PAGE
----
Best Practices for Writing Better Job Descriptions
Two-thirds of American workers are not fully engaged with their jobs. Consequently, many managers and business leader are preoccupied with addressing this substantial issue. How can you find a candidate who will love the job and deliver the quality of work necessary? Writing better job descriptions is the first step.
Best practices for writing better job descriptions
An innovative job description accomplishes three goals:
- Captures the attention of your dream candidate
- Covers the necessary information
- Legally protects your company
How can I grab the attention of dream candidates?
To make sure your job description captures the attention of exemplary applicants, simply imagine what your ideal prospect wants from a job and don’t be afraid to get a little creative. Clever job descriptions will make the right candidates think you created the position just for them.
If the best person for the position is a millennial, you should stress the aspects of the job that will appeal to that demographic. According to a survey, 81% of millennials want to be able to set their hours at work. They also want to dress comfortably. And, they hate cubicles. If your workplace fits the bill, be sure to emphasize these facets of the position.
On the other hand, if the person best suited for the job is someone a little older, you should highlight the family-friendly perks of the position. This age group is looking for good family health insurance, onsite day care, and flexible hours for juggling the children’s activities.
What information should well-written job descriptions cover?
You want to streamline the hiring process (which is expensive for your company) by targeting the exact skills and experience the position requires. When writing better job descriptions, do not use a template. They lead to boring, generic job descriptions that do not tell the exciting story of your company and the unique position you are trying to fill. If you truly want to find the “perfect candidate,” you’ll need to do your part and put the work in.
There are eight essential components of any well-written job description:
- Job title – Do not be vague. You will waste a lot of your time fielding applications if you list the job title as “Office Staff.” when you are looking for a “Paralegal.”
- Teaser – Grab the interest of your ideal candidate.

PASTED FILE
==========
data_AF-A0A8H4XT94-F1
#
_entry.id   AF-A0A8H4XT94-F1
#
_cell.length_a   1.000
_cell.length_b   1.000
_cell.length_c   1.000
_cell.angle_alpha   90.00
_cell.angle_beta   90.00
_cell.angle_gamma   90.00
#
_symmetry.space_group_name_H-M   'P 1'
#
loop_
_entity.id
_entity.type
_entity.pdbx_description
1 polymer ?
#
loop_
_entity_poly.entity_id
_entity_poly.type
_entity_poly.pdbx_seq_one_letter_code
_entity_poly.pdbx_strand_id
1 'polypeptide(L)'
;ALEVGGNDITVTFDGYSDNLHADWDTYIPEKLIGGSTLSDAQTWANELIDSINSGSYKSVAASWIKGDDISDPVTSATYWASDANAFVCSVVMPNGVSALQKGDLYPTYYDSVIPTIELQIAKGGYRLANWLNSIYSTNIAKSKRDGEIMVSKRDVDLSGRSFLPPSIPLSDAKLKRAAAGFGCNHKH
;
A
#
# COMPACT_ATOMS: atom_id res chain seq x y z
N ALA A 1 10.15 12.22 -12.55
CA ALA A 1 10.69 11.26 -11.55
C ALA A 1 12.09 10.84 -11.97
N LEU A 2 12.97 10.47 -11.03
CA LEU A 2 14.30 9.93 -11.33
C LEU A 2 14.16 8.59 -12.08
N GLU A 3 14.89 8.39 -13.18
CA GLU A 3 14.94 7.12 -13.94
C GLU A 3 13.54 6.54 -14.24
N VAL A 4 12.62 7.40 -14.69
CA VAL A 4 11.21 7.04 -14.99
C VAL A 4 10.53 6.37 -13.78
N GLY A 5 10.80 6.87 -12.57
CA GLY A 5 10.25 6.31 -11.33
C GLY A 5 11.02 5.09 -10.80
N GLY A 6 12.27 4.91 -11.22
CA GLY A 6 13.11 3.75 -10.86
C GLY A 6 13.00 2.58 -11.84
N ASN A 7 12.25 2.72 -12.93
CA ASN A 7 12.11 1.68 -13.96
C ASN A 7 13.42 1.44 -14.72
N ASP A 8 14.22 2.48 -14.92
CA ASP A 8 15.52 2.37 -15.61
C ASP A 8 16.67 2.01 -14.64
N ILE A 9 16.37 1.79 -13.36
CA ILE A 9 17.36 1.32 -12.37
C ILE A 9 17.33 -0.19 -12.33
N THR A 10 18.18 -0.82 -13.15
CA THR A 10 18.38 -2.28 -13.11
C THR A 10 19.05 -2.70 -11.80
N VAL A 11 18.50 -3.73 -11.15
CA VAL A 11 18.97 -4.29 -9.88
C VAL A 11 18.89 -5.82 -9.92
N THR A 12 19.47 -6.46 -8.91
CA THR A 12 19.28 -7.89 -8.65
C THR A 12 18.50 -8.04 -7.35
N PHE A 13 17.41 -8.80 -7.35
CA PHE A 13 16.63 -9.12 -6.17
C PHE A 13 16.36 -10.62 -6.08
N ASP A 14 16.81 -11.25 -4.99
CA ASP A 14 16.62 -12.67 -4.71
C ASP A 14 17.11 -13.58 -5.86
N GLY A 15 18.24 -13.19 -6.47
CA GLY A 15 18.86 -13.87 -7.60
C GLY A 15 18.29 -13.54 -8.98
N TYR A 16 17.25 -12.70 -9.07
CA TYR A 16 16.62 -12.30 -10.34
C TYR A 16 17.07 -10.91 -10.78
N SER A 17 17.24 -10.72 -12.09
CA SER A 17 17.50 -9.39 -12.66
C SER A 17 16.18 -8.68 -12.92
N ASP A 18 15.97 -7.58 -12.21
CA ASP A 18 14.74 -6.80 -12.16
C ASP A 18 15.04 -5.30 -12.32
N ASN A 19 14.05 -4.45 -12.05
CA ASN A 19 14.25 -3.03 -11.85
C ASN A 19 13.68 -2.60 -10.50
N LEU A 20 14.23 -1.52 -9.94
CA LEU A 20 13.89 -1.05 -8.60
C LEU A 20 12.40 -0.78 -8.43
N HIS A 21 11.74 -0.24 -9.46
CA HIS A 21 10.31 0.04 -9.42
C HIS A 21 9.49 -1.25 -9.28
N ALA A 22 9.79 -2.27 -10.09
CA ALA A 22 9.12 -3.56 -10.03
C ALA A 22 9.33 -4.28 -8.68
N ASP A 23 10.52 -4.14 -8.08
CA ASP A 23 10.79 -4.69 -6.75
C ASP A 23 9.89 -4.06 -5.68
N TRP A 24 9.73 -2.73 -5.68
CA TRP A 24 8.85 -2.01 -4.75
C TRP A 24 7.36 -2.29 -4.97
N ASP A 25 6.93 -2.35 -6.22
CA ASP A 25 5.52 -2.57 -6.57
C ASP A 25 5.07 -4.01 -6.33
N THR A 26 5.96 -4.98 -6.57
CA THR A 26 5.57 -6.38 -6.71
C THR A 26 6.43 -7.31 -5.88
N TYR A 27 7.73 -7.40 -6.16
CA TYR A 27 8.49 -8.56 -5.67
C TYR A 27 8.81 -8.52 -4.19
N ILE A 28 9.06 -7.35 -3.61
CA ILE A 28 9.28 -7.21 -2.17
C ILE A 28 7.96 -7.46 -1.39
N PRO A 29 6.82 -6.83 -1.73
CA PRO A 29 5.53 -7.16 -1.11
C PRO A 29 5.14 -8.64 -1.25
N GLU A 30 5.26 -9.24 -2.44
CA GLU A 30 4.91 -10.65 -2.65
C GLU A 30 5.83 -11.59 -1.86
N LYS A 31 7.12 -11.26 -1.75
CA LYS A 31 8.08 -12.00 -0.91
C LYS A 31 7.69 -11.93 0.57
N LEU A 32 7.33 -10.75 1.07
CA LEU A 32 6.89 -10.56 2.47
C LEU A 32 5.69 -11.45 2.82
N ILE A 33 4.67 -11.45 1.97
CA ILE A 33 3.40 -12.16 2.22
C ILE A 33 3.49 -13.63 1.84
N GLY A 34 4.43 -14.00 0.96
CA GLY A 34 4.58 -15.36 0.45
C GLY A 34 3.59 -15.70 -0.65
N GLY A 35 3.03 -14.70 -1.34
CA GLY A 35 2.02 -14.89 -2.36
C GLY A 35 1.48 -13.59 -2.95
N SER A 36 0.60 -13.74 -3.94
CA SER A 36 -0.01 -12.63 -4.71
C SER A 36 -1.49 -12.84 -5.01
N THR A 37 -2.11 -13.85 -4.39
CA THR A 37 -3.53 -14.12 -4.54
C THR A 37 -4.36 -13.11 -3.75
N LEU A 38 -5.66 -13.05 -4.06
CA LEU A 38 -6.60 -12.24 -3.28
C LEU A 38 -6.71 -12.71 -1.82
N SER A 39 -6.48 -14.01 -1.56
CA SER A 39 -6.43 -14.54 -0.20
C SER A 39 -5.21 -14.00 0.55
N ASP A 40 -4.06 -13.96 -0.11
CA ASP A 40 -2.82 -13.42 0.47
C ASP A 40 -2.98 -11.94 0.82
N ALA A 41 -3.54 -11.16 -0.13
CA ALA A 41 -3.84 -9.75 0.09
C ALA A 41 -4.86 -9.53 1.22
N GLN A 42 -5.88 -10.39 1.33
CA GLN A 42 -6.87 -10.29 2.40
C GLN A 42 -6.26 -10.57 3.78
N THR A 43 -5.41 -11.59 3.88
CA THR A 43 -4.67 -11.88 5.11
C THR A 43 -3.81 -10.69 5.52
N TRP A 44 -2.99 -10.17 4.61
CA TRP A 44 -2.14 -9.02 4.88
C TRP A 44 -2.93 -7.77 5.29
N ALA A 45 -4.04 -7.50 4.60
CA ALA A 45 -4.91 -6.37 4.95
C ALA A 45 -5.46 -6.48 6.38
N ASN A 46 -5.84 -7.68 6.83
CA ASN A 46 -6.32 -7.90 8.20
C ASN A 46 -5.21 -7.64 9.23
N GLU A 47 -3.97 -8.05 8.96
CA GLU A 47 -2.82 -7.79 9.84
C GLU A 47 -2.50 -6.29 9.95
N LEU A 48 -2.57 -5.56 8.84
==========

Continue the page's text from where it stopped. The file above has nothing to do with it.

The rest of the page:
- List minimum qualifications for the job – This will save you countless hours of slogging through applications from unqualified candidates.
- An interesting but accurate description of the position – Provide useful information to a prospective candidate that accurately describes the position in the best way possible.
- Explain the role the person will play in the company – The best job candidates desire to understand the role they play in the larger scheme of things so be sure to make it easy for them to do so.
- Responsibilities and challenges – Make sure the description covers the responsibilities and challenges associated with the position.
- Information about your business – Provide a brief and positive description of your business.
- Application process – Describe the application process so applicants understand what to expect, including the name of your contact person.
You will regret it if you skip this step:
After you have written a draft, share it with people in the department with the vacancy. Give them free rein to change any inaccuracies or to add vital details. After all, they will have to live with the hiring decision.
How can better job descriptions protect the company?
Writing better job descriptions protects the employer in the event of a claim down the road. The life of a job description goes on long after you hire the candidate. Job descriptions can be crucial evidence during an audit, investigation, or lawsuit.
Accuracy is critical. Over 40 percent of people in a workplace research survey said their job descriptions were inaccurate, even though 97% of the surveyed human resources managers stressed the importance of accurate job descriptions when recruiting.
When a job description is incomplete or inaccurate, the company could be vulnerable to an Americans With Disabilities Act (ADA) claim or a discrimination lawsuit. At a bare minimum, sub-standard job descriptions can result in a culture in which some employees wave the banner of “It’s not my job.”
Good hiring practices protect the future of your company, and job descriptions are an inescapable part of the hiring process. Visit Knowledge City for more tips to help you along in developing the most effective hiring process possible.